(Beijing) US Treasury Secretary Janet Yellen arrived in Beijing on Thursday for a visit whose stated objective is to improve trade destabilized by the growing rivalry between the two leading world powers.
His plane landed in the Chinese capital shortly after 5 p.m. (5 a.m. Eastern time), an AFP journalist noted.
On the tarmac, Yellen was greeted by US Ambassador Nicholas Burns and a senior official from the Chinese Ministry of Finance, Yang Yingming.
This trip, scheduled until Sunday, is the first in China for Janet Yellen since she has been in this position. It comes weeks after a similar visit by his colleague at the State Department, Antony Blinken.
The visit had been planned for a long time, but could not materialize after the renewed tension caused by the affair of the Chinese airship shot down over American territory.
This is an opportunity to move forward with the idea of a summit between the two countries, US President Joe Biden having stressed that he was hopeful of meeting his Chinese counterpart, Xi Jinping soon.
The objective is to extend the means of exchange between the two countries, to avoid reciprocal misinterpretations and to expand cooperation on subjects related to the world economy, global warming or the debt crisis in emerging and developing countries, according to the US Treasury.
On Friday, Ms. Yellen is to be received by Premier Li Qiang, meet with former Vice Premier Liu He and attend a dinner hosted by former Governor of China’s Central Bank Zhou Xiaochuan, the official said. on condition of anonymity a senior Treasury official to reporters.
Analysts are also betting on an exchange with the new Chinese Vice Premier, He Lifeng, appointed last March.
The visit, which comes against a backdrop of difficult economic recovery on the Chinese side and rising rates on the American side, should also allow the two partners and rivals to sound out their respective growth prospects.
The fact that Ms. Yellen is “spending four days in Beijing, amid strong domestic and international pressures, underlines the importance she attaches to this visit”, comments to AFP Wendy Cutler, vice-president of the Asia Society (ASPI), a US-based think tank.
While there is no shortage of areas of discontent on both sides and leaves little room for manoeuvre, the visit should also lay the groundwork for future cooperation, according to Cutler.
This visit is part of American efforts to “rethink” the relationship between the two superpowers, both diplomatically and in other areas, judge for her part the researcher Lindsay Gorman, of the American think tank German Marshall Fund (GMF).
Latest example, the White House is preparing to limit access to American cloud computing services to Chinese companies, according to the Wall Street Journal on Wednesday.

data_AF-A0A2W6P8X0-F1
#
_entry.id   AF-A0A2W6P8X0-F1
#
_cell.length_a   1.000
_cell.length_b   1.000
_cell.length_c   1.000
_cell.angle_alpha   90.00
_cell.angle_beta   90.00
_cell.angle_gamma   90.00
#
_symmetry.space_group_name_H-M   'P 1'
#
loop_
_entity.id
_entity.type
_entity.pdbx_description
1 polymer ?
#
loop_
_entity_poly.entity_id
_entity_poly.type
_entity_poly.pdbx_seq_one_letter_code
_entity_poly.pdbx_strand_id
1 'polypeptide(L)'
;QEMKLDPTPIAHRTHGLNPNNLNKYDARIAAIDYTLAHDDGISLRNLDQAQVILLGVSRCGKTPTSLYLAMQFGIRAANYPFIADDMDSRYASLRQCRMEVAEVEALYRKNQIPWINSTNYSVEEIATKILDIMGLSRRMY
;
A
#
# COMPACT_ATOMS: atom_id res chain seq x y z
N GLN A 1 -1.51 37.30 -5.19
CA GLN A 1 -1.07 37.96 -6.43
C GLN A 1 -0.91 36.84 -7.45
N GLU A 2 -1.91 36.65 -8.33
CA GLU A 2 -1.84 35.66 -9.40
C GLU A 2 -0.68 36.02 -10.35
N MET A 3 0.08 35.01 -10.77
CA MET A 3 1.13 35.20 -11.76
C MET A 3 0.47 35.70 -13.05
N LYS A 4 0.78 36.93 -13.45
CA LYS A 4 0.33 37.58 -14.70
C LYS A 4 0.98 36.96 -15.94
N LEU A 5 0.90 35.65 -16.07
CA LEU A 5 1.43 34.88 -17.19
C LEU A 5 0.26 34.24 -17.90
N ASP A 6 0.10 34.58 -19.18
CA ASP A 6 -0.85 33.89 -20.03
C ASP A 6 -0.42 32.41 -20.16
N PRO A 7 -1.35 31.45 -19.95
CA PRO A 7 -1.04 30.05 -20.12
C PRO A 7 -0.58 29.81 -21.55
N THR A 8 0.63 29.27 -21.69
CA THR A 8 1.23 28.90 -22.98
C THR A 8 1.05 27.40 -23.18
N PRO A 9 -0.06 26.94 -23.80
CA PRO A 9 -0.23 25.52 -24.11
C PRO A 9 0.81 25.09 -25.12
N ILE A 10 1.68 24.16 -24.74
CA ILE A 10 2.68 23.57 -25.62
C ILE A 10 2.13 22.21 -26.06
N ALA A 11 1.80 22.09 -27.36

“You have to take into account the new reality of this strategic competition,” says Ms. Gorman, noting that Janet Yellen has so far only talked about competition, even if this includes issues of security and values, such as human rights. the man.
Technology export control issues and competition measures “which currently dominate the political agenda” will be at the center of the discussions, she predicts.
On Monday, China responded by announcing restrictions on exports of two rare metals needed to make semiconductors, a reminder that a possible shift in relations will take time.
Janet Yellen could be the person best placed to smooth things over, Lindsay Gorman believes, however.
The reasons for tensions between the two countries on economic issues persist, even more so after the decision of the American president, Joe Biden, to restrict the possibilities of American investments in China when it concerns technologies deemed sensitive.
Washington is also concerned about “coercive actions and uncompetitive practices,” and is considering corrective action, according to a Treasury official.
Other areas of friction include recent changes to China’s anti-espionage law, which vaguely prohibits the transfer of information related to national security.
Other subjects, on the other hand, seem conducive to cooperation, starting with the excessive indebtedness of third countries.
The United States has thus welcomed progress on Zambia’s debt, the restructuring of which has been validated by creditors, first and foremost China, after similar progress in Sri Lanka.
Washington is insisting that bilateral creditors act quickly to prevent these debt problems from getting worse, after accusing China of dragging its feet in the past.